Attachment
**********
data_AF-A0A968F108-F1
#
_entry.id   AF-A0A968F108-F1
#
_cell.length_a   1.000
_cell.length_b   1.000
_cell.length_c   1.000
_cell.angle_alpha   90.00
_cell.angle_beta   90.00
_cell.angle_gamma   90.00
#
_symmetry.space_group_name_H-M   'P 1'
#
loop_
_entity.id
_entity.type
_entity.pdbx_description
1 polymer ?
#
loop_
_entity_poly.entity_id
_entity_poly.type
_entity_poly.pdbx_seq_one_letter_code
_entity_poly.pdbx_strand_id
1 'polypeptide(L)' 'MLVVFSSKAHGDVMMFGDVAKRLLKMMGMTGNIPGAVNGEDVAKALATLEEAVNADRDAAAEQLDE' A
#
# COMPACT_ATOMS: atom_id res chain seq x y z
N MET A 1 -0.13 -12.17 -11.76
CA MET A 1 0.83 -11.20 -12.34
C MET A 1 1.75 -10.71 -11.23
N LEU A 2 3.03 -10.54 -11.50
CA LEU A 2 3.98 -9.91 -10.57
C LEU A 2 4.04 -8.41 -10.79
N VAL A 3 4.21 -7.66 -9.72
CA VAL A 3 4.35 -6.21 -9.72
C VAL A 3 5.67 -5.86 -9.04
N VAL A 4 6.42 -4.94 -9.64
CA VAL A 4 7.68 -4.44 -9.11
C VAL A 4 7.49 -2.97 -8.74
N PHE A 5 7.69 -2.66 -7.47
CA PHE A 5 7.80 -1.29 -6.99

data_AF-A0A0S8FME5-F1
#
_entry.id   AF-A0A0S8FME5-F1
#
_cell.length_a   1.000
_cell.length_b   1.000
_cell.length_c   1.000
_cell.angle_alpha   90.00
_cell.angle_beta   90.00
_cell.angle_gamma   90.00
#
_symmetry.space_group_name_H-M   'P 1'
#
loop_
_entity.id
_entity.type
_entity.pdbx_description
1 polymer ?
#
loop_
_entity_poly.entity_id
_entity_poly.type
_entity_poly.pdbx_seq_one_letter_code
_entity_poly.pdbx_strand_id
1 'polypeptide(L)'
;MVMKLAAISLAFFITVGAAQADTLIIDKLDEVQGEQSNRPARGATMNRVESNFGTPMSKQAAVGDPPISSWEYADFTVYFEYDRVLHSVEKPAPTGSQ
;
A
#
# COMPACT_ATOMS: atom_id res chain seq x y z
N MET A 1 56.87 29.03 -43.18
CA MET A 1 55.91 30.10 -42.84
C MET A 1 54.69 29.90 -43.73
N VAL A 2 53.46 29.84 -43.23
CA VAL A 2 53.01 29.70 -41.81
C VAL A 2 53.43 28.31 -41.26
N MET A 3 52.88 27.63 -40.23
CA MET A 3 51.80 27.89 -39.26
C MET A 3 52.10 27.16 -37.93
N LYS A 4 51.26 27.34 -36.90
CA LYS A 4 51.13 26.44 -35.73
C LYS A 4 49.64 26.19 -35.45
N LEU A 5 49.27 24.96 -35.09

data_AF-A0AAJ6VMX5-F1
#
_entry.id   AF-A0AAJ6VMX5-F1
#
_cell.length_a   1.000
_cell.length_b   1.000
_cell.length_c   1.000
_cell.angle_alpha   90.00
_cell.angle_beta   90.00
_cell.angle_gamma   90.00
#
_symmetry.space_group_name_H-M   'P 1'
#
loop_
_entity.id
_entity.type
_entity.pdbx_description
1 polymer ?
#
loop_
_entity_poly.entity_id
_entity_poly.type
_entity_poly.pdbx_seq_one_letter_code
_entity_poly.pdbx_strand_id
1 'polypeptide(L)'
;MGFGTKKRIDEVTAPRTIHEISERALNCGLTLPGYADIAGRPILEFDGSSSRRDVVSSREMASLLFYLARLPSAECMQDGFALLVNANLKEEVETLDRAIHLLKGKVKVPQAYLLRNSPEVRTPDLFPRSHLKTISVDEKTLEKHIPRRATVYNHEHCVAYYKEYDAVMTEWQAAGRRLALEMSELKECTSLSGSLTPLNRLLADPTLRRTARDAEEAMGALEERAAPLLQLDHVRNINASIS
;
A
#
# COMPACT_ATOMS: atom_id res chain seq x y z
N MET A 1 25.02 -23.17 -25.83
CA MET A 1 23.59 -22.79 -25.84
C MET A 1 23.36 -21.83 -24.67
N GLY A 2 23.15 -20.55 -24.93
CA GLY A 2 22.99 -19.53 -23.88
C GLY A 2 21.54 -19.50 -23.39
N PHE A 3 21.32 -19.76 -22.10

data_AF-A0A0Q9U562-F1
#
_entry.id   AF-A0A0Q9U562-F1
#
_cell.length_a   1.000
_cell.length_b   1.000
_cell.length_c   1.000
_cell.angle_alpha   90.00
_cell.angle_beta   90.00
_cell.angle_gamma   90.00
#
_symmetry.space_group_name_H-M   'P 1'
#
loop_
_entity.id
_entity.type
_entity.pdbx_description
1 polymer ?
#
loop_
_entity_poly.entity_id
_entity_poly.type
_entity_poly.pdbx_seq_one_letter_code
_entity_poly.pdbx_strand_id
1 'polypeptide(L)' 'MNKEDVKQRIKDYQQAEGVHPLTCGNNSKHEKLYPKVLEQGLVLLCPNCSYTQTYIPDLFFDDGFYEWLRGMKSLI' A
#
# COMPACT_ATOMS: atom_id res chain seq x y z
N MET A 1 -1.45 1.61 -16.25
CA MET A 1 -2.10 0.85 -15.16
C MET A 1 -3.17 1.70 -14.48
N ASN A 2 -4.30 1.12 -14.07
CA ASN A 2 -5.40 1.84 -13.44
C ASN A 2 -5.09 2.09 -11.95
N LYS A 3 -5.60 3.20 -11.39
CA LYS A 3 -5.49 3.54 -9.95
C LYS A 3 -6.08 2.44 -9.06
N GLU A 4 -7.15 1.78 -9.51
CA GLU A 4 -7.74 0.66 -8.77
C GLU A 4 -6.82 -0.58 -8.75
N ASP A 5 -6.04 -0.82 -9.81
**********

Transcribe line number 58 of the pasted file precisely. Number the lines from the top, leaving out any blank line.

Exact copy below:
_entity.pdbx_description